So who wants to be visible? I guess you can be discreetly LGBQ by keeping your relationship mainly indoors – but why on earth should you have to protect the screwed-up morals of a screwed-up patriarchy with a screwed-up religion? Sexuality is not a choice or simply a behaviour, so why should it be repressed? You hold religious beliefs, or inherit a culture that gave you the outcomes of that religion, and prefer to believe that sexuality is purely an ethical issue, and inherently wrong? This is the same rights issue as blowing carcinogenic tobacco smoke into the face of non-smokers.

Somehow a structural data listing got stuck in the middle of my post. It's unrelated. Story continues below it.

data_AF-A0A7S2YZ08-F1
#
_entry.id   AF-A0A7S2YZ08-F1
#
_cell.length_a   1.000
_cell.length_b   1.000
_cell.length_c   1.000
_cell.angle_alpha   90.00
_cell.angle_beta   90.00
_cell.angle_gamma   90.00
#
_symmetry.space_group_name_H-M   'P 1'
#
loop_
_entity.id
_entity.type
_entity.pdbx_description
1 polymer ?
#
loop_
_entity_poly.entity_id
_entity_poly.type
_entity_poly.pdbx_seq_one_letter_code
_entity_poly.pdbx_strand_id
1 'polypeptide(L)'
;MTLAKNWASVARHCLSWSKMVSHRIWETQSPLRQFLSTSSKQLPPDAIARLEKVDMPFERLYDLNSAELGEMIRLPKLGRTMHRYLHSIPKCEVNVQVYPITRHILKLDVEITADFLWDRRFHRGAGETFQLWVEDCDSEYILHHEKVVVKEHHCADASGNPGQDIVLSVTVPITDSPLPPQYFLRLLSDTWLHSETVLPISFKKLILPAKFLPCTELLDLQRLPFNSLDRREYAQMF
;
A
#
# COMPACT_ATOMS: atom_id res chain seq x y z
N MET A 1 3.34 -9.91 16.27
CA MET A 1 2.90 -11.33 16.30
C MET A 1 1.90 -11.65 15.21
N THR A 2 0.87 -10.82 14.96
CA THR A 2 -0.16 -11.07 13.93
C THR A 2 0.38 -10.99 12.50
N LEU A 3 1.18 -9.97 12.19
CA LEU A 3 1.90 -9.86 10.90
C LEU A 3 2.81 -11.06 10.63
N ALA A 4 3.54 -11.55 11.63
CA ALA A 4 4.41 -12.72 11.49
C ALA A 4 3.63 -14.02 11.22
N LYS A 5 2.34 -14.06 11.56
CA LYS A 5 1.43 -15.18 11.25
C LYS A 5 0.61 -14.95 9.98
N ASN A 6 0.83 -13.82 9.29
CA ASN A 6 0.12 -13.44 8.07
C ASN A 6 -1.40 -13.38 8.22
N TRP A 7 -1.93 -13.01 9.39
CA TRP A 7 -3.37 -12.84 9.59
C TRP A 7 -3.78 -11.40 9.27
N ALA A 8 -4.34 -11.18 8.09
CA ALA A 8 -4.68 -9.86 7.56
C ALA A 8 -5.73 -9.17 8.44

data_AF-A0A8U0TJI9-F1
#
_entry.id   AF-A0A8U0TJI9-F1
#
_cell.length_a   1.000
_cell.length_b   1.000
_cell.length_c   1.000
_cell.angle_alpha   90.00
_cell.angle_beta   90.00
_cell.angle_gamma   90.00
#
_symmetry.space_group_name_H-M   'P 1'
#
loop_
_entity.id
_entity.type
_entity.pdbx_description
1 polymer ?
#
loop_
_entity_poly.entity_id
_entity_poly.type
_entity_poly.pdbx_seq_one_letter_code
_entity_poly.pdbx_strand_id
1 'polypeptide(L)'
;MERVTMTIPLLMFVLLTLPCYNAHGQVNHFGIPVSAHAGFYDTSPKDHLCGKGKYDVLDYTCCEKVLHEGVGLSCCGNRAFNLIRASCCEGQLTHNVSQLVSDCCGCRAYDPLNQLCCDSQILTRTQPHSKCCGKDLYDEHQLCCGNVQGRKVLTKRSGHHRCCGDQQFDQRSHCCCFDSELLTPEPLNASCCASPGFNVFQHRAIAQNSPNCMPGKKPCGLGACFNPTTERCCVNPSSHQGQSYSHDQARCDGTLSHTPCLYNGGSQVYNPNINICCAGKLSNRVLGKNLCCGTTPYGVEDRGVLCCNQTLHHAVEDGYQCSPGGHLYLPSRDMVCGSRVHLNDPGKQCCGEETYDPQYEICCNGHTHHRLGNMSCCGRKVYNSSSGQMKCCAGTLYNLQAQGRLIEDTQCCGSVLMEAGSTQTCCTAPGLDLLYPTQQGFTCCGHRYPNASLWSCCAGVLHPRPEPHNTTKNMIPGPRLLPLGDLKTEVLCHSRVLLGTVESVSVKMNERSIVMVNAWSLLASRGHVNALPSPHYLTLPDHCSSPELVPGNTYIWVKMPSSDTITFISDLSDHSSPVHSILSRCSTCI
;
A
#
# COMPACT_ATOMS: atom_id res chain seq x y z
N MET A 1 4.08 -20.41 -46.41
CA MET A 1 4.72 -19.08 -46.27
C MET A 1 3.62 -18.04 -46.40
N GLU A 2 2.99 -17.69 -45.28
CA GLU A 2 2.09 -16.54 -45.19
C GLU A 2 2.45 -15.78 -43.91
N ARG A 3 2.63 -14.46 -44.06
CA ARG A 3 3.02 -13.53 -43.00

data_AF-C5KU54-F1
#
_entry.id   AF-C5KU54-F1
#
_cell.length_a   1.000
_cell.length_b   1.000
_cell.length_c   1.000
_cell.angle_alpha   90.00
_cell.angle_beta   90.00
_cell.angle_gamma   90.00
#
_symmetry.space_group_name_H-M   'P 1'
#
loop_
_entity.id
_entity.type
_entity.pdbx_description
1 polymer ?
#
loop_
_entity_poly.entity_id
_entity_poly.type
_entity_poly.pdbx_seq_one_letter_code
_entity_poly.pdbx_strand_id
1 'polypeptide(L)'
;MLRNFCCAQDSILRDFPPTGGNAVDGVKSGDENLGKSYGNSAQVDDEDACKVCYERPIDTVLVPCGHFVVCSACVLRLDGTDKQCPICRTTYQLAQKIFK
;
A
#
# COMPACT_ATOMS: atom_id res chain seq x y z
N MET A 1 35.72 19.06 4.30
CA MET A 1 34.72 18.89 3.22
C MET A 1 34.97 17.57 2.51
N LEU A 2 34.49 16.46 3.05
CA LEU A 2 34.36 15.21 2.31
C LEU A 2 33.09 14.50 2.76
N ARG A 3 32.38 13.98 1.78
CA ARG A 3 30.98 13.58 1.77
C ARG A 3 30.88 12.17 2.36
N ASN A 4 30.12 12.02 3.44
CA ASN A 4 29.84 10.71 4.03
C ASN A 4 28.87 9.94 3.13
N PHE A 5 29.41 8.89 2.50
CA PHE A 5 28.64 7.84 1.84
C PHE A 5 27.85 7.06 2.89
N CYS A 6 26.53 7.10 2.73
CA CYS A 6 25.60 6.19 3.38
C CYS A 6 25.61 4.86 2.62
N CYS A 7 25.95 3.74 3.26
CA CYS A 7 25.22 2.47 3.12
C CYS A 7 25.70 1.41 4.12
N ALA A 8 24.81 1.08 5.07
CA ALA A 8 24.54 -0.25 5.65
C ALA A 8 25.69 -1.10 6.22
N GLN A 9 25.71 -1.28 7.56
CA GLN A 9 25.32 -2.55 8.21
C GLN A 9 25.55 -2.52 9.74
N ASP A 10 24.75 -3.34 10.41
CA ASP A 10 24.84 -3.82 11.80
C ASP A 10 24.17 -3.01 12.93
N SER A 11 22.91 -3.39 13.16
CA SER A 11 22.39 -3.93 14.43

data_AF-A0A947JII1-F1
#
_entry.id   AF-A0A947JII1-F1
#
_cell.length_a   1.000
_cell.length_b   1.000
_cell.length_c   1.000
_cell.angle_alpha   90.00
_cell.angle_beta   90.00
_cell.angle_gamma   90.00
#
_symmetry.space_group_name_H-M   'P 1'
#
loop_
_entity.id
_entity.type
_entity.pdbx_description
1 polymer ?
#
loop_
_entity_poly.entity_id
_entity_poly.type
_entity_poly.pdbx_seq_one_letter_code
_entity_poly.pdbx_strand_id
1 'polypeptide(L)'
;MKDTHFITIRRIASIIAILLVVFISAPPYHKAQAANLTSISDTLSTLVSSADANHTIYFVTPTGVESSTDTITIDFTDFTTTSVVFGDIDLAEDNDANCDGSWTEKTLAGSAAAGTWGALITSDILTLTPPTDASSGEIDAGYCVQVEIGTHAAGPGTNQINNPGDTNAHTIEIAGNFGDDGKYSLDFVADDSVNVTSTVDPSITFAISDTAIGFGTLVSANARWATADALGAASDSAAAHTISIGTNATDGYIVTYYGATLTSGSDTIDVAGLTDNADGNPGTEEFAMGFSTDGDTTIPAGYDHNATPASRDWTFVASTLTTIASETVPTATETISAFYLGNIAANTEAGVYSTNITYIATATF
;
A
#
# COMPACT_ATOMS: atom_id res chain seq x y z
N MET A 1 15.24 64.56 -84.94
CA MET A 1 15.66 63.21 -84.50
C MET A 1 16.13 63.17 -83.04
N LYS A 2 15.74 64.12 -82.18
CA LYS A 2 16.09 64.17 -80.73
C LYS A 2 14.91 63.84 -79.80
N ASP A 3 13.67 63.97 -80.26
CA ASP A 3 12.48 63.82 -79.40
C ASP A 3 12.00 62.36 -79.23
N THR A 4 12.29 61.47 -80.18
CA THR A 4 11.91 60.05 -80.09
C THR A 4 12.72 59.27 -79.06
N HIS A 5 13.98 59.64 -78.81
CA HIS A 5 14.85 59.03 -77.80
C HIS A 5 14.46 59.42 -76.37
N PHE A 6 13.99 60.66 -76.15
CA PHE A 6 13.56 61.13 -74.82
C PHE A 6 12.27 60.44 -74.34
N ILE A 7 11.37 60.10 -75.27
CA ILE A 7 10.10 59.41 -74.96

So who wants to be visible? For very many trans people, we cannot hide what we are. Few of us have nothing to give ourselves away, whether a prominent larynx, a deep voice, hair loss, broad shoulders or big hands. We try hard to distract, to lift and train our voices just enough, dress to our shape. Many of us do, after a number of years, simply blend into our workplaces, our towns and perhaps our families, but without some interventions such as hormones and electrolysis for facial hair, and without documentation, this can be difficult. Visibility and appearance are not the same thing: being visible can simply mean ‘being known as’. And visibility has very serious downsides, from attitudes at work, employability, finding somewhere to live and someone to love. Some trans people are very out and proud, and I am glad they want to be. They, with their high visibility, prevent our erasure, but experience a lot more hassle than I do, keeping my head down. What we are is always a secret to gossip about; our bodies are never the private property that those of cis people enjoy. I would bet more people have hazarded a guess about my genitals, or what my vagina looks like, than about any of the cis people with whom I share this world. And that makes what I am, linked to sexual behaviour and preference, which links it to ‘what is right and proper’. It makes me dangerous to some, and in some circumstances.